"Whether you’re a professional hockey player or play beer league for fun consider laying down the mat. Yoga is something you can do for your body to give it a break from the pounding a body can take in hockey."

What does Stanley Cup winning goalie Tim Thomas credit his success to, and the Great One Wayne Gretzky do regularly throughout his illustrious career? Yoga.

Based on the success of superstar yogis like Thomas and Gretzky, yoga is clearly beneficial for hockey players... but why? According to Darlene Sveinson, yoga instructor and health and wellness coordinator for the Balmoral Blazers hockey team, there are five key physical skills that hockey players need, which yoga provides: speed, agility, strength, quickness, and power.

Off-ice training for hockey players usually consists of calisthenics, heavy leg presses or running the ladder. However, here are some alternative yoga moves that can help develop speed, agility, strength, quickness, and power as well. 


A player can be wonderfully skilled, but if they cannot make it to the puck in time, they never have the chance to use their skills. The length of a player’s stride is the foundation of their speed. The emphasis on stretching the legs and specifically the hamstrings in yoga can give a hockey player that quick step needed for racing to the puck. 

To increase speed try Supta Padangusthasana or Reclining Big Toe pose. To try the pose lie on your back and hold your leg straight up in the air with the aid of a belt. You can also work on your balance by doing this pose standing up with your leg straight out in front of you.


Strength is so advantageous in hockey especially when battling in the corners or clearing people from the front of the net. Yoga develops strength by training muscles and joints to be stable when holding a posture. 

Plank pose if perfect for building strength. You can move into the pose from downward facing dog. Draw the torso forward until the shoulders are over the wrists and the back is flat in a straight line, as if doing do a pushup. 


Awkwardness in skating or moving will slow a player down. In yoga, one is often reminded to stay in the present moment and concentrate on the breath. This concentration trains the body to be coordinated and agile.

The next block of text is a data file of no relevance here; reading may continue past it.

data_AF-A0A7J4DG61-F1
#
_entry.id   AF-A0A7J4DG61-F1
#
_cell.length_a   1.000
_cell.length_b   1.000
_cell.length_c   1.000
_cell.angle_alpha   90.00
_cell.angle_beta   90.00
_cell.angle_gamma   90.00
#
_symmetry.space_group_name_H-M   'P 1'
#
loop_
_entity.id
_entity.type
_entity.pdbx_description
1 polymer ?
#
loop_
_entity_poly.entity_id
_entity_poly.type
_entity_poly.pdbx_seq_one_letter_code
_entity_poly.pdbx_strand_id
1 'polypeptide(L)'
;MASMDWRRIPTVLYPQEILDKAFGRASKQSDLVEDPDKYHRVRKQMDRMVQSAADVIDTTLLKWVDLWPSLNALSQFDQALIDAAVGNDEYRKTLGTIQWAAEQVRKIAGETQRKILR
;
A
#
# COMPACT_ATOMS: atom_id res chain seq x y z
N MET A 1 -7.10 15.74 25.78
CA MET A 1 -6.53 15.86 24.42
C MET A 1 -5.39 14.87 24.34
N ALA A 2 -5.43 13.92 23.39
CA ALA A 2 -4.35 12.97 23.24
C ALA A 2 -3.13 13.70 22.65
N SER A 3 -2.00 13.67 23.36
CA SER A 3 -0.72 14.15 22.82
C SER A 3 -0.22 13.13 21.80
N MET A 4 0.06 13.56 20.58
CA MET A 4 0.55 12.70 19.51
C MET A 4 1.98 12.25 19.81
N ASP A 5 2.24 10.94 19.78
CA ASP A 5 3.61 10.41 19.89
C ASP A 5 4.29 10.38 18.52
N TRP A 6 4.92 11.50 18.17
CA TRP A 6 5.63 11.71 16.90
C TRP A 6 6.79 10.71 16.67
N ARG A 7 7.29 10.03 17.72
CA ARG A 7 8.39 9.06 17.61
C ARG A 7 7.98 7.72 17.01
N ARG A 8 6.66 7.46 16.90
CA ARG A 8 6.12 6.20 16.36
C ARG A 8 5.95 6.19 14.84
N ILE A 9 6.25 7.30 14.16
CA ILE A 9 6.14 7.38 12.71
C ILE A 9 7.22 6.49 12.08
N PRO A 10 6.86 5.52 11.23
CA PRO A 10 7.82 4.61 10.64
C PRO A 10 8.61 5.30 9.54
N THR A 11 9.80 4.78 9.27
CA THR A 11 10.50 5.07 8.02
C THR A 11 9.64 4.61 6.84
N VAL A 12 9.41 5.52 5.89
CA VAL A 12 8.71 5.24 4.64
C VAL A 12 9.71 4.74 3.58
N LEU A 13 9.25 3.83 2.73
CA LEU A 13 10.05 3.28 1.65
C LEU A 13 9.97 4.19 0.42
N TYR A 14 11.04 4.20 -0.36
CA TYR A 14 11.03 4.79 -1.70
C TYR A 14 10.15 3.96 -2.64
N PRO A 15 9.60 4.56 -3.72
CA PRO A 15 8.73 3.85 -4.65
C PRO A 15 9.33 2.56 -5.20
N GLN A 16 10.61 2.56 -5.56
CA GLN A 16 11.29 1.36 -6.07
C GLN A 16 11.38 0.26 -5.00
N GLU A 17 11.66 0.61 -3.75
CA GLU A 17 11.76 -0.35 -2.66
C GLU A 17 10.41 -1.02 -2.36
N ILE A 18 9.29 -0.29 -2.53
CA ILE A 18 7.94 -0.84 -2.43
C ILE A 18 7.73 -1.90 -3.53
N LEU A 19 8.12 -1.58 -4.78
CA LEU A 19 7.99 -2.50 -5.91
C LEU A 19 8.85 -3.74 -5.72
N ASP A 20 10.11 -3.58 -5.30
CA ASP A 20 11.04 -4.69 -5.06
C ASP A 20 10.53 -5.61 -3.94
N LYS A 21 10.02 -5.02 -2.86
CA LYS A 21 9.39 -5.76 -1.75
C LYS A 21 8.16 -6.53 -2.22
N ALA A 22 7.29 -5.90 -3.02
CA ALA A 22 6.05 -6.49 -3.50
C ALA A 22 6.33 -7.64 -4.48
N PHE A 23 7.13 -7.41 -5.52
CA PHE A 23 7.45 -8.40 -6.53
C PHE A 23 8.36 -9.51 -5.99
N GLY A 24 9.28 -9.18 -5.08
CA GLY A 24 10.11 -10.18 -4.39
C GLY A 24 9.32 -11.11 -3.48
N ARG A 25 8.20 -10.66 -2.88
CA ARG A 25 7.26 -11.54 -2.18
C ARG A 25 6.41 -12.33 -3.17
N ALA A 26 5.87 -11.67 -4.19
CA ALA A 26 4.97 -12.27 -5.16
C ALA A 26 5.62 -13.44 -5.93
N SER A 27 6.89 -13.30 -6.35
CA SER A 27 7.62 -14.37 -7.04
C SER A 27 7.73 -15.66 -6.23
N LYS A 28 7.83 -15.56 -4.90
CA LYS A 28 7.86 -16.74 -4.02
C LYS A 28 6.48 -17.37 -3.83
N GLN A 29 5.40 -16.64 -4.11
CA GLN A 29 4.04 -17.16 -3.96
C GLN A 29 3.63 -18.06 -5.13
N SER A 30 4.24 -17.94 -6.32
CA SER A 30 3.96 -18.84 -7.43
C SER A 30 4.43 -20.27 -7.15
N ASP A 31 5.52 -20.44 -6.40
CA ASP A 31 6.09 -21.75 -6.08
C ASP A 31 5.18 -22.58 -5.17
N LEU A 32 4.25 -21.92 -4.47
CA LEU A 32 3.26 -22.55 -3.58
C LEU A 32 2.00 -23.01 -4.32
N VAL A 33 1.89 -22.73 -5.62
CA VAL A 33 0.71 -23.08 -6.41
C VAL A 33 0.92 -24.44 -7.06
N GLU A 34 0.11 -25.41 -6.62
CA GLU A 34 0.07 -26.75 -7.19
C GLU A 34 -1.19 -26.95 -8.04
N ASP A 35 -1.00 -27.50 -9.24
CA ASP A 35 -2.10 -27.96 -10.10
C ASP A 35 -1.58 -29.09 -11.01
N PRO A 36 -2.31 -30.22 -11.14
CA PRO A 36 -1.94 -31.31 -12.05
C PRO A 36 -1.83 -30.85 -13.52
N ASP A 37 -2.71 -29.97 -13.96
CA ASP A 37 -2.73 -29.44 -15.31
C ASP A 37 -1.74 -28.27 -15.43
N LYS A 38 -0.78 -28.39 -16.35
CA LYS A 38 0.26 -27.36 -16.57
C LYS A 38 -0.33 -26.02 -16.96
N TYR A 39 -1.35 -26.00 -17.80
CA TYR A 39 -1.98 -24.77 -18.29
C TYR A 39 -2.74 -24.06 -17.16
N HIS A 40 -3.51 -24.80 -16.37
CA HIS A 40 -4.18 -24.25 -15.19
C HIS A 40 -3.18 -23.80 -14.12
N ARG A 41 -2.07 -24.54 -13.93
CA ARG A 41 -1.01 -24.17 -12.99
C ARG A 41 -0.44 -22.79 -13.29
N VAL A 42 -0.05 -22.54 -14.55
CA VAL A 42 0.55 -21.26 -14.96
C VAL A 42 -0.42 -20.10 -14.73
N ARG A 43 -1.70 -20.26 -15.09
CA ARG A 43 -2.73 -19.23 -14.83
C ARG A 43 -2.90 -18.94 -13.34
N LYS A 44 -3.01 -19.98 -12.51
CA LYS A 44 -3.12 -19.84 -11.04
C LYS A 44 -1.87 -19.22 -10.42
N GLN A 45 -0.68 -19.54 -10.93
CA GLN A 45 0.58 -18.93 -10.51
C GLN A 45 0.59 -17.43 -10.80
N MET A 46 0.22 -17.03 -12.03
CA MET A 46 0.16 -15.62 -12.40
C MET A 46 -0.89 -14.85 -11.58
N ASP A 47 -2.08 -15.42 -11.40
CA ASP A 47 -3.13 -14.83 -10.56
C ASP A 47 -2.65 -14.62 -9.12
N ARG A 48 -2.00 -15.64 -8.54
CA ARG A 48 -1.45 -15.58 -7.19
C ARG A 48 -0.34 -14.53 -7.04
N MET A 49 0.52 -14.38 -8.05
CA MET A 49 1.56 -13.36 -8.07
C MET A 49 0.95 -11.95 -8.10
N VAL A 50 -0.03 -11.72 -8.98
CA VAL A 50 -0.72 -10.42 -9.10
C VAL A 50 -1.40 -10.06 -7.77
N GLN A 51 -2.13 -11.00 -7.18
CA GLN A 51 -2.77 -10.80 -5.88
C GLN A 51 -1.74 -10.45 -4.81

To increase agility try tree pose where you stand on one leg and bring the bottom of your foot to rest against either the side of your calf or inner thigh. When you are balanced bring your hands together into prayer. Make sure to switch legs to keep the body balanced and to not rest the foot on the side of the knee, which will put too much pressure on the joint.


“Power is a combination strength and quickness,” said Sveinson. To increase power try Pigeon pose. This pose stretches the hockey tush that players are famous for. A ton of strain is put on the gluteus in hockey as it powers every stride players take. This position also opens the hips, which can be very beneficial for hockey players as hips can become very tight and immobile on a hockey player because they are used with every stride. 

Although most players posses a great amount of power, players should remember not to muscle through postures. This can be tough for hockey players because of their strength and hardworking nature. Have strength and determinations while practicing, but remember to “make is peaceful,” said Sveinson. Good check-in points are the face, mouth, or tongue. If these areas are tight, remember to relax them to get the most out of the practice.

Sveinson also warns against any pose that strains the groin area. Groin injuries are very common for hockey players. Try to keep a healthy balance of keeping the inner thigh healthy and flexible and overusing the muscles. “Stretching should work, not hurt,” said Sveinson.


Quickness is a key factor in gaining possession of the puck. “Quickness is a combination of speed and agility,” said Sveinson. Any pose that works on a player’s agility will help their quickness, such as triangle pose. 

Yoga can also simulate some awkward or asymmetrical positions, which a player might find them self in a game. Yoga teaches one how to find balance in that posture and that balance can translate to the ice. 

Not only does yoga help with the physical needs of a hockey player, but the mental requirements as well. Yoga gives athletes the time to find that quiet space. Yoga helps improve focus and concentration and provides an “overall feeling is wellness,” said Sveinson. 

Glenn Ing, certified yoga instructor and lifelong hockey player, including time in the Western Hockey League with the Regina Pats, thinks yoga can balance the repetitive motions in hockey. Players usually lean forward for entire games and practices. Back bends and poses like the cobra and camel can balance even out the constant leaning forward in hockey.  

Yoga also helps with lung capacity because of the concentration on breathing said Ing. Injuries run rampant in every age and level of hockey. The flexibility yoga provides prevents injuries and can help those recovering from injuries. “The more flexible one is, the less the chance of injury,” said Ing. Yoga also flushes our toxins in the body such as lactic acid reducing stiffness and increases blood flow to muscles, speeding up healing.  

Whether you’re a professional hockey player or play beer league for fun consider laying down the mat. Yoga is something you can do for your body to give it a break from the pounding a body can take in hockey. 

“Yoga is that special time where you don’t have to worry about anything else. You come out more energized and more alert,” said Ing.

Written by Krystalle Ramlakhan


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